A family history in the light of the Golden Gate Bridge


Golden Gate Bridge at Night from Marin looking towards San Francisco.

On May 27, 1937, the Golden Gate Bridge opened to the public for the first time. Plaques bearing the names of the board of directors for the Golden Gate Bridge, Highway and Transportation District, prominent engineers, and architects responsible for this civic and engineering feat were placed on its towers. In recent years, aided by the stories of the families of some of the many laborers on the project, we have been able to learn new names and different stories around the construction of this iconic landmark. Fong Bing Wah, or Wallace B. Fong's, story is one of them.

Fong has multiple connections to the parks, but the closest one is with his granddaughter, Katherine Toy, the Executive Vice President of Partnerships and Programs at the Golden Gate National Parks Conservancy. Toy’s knowledge and experience with history and untold stories in the parks was first developed when she became the first Executive Director of the Angel Island Immigration Station Foundation. In that role, she championed the restoration and interpretation of the site in partnership with the California State Parks, the National Park Service, congressional and state representatives, and advocates. Now, in a nice twist of fate, her personal and professional stories intertwine on our parklands.

Fong was born in San Francisco’s Chinatown in 1903. As a child, following the devastating 1906 earthquake, he was evacuated on the back of a wagon with his family to a remote, segregated corner of the Presidio near Fort Point. Many years after his family and other Chinese-American families were able to return to SF’s Chinatown, Fort Point, a long obsolete war fortification at the time, would be slated for demolition during the construction of the Golden Gate Bridge. 

Across the bay in 1923, Fong graduated from UC Berkeley’s College of Engineering and began working for the Pacific Gas & Electric Company. It was this workplace that would further connect him to one of the most recognizable and technically fantastic American landmarks. In 1933, at the beginning of construction on the Golden Gate Bridge, PG&E erected power lines on both sides of the San Francisco Bay to provide electricity for the hoists, pumps, concrete mixers, and other machinery that would be used to build the bridge.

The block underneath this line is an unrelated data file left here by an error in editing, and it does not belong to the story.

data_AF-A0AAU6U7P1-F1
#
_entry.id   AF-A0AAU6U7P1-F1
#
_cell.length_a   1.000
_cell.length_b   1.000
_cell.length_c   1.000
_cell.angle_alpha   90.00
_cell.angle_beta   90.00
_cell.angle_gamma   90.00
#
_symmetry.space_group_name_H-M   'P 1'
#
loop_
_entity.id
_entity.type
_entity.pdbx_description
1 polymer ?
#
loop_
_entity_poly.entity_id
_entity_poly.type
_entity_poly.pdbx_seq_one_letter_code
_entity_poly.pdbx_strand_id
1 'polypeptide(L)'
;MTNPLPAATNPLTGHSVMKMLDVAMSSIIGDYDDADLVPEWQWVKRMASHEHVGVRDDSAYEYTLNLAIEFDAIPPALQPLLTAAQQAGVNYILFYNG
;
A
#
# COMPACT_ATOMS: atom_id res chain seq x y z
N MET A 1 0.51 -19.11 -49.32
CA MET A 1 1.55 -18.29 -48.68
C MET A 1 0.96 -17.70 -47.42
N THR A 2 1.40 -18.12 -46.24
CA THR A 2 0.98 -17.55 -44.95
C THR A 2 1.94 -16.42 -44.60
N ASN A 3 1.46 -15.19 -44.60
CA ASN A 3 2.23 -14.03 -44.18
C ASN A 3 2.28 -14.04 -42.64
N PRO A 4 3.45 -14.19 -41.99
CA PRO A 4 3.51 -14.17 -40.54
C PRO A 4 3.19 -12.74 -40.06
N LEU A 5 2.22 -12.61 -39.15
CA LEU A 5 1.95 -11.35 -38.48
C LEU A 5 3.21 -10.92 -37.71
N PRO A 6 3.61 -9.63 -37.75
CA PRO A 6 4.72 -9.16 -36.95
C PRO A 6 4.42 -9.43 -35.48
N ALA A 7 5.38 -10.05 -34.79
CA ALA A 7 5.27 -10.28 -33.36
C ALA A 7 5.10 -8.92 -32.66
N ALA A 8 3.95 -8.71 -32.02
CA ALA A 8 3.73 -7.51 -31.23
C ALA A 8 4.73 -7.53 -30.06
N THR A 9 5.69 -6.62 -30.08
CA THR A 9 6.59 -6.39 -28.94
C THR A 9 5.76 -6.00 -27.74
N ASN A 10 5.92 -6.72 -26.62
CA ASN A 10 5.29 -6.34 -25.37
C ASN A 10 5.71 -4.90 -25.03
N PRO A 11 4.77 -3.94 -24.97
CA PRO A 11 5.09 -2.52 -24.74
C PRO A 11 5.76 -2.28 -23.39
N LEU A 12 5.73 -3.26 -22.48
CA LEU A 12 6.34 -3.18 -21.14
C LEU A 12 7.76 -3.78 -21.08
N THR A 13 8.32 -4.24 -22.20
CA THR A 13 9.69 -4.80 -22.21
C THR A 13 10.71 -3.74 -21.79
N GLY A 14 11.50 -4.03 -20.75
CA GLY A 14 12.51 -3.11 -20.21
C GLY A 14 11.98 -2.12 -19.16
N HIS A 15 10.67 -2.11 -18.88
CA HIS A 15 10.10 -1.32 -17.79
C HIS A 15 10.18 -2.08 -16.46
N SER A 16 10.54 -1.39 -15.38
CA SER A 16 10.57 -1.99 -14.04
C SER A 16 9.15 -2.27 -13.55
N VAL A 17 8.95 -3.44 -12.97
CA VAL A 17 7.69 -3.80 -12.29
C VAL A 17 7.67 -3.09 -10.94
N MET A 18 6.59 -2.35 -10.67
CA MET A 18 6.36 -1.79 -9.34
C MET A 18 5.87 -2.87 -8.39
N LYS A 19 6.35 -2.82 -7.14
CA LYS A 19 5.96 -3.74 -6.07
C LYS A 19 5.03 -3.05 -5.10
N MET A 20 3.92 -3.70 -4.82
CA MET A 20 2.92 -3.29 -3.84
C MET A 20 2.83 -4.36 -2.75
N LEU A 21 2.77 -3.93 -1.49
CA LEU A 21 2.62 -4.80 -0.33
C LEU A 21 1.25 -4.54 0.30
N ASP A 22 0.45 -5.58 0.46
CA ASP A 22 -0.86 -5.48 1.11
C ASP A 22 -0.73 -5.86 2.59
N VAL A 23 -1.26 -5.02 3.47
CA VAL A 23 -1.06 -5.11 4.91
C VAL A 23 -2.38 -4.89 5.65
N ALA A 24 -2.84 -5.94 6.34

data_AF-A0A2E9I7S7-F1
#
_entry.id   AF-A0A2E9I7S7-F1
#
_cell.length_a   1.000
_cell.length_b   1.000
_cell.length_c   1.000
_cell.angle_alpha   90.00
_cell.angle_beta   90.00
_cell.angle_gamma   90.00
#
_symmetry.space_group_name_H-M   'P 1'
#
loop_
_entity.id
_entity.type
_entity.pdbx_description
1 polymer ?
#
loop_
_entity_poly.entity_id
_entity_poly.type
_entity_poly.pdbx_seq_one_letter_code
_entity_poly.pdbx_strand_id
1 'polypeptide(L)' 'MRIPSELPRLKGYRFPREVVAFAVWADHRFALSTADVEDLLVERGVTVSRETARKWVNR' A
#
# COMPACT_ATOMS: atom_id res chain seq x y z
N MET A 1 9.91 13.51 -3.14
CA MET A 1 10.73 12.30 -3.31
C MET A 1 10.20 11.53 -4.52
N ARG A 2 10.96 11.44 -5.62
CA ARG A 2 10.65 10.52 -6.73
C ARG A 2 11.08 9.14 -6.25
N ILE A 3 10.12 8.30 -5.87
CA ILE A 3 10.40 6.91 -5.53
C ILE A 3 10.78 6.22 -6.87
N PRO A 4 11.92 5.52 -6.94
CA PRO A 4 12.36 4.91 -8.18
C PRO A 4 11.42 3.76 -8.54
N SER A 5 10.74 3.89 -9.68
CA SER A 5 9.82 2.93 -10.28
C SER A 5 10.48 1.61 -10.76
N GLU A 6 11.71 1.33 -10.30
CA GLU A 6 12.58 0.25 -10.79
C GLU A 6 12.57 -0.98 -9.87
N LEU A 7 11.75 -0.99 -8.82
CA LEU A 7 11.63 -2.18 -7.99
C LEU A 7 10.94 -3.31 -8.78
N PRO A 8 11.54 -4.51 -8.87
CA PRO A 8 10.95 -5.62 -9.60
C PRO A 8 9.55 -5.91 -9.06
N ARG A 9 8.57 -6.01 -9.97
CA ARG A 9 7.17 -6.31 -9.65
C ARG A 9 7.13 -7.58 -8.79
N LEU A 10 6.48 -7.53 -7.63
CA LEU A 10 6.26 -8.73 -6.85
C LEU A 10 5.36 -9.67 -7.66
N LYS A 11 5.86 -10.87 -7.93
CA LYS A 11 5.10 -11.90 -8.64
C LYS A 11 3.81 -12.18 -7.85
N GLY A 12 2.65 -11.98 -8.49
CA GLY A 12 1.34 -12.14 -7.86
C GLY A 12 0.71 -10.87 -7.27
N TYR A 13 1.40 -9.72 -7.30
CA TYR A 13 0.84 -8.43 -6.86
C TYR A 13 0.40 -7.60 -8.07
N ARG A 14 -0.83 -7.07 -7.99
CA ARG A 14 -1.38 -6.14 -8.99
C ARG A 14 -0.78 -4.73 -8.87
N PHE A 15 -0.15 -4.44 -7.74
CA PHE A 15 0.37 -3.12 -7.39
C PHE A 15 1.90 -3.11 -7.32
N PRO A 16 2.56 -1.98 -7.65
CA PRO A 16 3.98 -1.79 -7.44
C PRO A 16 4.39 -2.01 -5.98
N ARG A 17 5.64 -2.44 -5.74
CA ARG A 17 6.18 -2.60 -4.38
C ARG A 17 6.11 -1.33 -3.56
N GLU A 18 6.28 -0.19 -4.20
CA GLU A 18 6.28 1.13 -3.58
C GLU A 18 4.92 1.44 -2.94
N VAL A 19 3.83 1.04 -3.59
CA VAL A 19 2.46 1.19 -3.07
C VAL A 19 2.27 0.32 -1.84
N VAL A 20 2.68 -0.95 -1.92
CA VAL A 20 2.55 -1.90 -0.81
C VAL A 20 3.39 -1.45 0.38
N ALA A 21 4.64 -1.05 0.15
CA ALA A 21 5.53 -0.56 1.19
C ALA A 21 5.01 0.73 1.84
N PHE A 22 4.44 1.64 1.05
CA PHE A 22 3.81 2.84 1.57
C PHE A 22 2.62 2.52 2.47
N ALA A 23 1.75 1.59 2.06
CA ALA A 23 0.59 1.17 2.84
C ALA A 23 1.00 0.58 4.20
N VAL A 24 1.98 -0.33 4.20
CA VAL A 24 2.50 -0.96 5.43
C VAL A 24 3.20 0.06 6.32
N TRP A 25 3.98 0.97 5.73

It was early in Fong’s career and at the time he was working as a draftsman, an engineer who makes detailed technical drawings and plans that are used to figure out how something will actually work. In this case, he was figuring out how the electrical wiring would work on the bridge lights. 

In a 1935 Report on Color and Lighting, consulting architect Irving F. Morrow noted the most important factors in lighting the Golden Gate Bridge as “the tremendous scale and dignity of the project.” As such, Morrow constructed an elaborate lighting scheme with different intensity of light planned to illuminate the bridge at different points. Low pressure sodium vapor lamps with a soft amber glow, the most modern available at the time, were installed and remained in use for 45 years on the bridge.

While Morrow was the visionary who created an elegant plan befitting the beauty of the bridge, Fong was the engineer who drew the circuitry that brought that vision to life and the bridge into the light.

Employee records for those who worked on the Golden Gate Bridge have been lost, and with them, the opportunity to learn more about who exactly was there, where and when. The stories of these people and their monumental contributions are instead passed down within their families and, if we are lucky, those stories are shared with us. 
What we know about history is that it is a continual process of uncovering, taking second and third looks, and making space for what is seen. Fort Point was ultimately not demolished during construction of the Golden Gate Bridge and was in fact saved by the bridge’s chief engineer, Joseph Strauss, who viewed it as “a fine example of the mason’s art,” and redesigned the bridge’s span with an arch to accommodate it.

Fong went on to become a hydroelectric engineer, working on the Oroville Dam on the Feather River, a California Department of Water Resources project, and a key part of the statewide water resources plan. He told his story of designing the circuitry on the original lights of the Golden Gate Bridge to his children, who told it to their children, and now we get to share it with you.

A sepia toned photograph from 1923 of Wallace Fong, a young Chinese-American man.
A woman stands in front of a tree in the southern hemisphere.

Beatrice Kilat is the Media & Public Affairs Manager for the Golden Gate National Parks Conservancy's Marketing and Communications Team.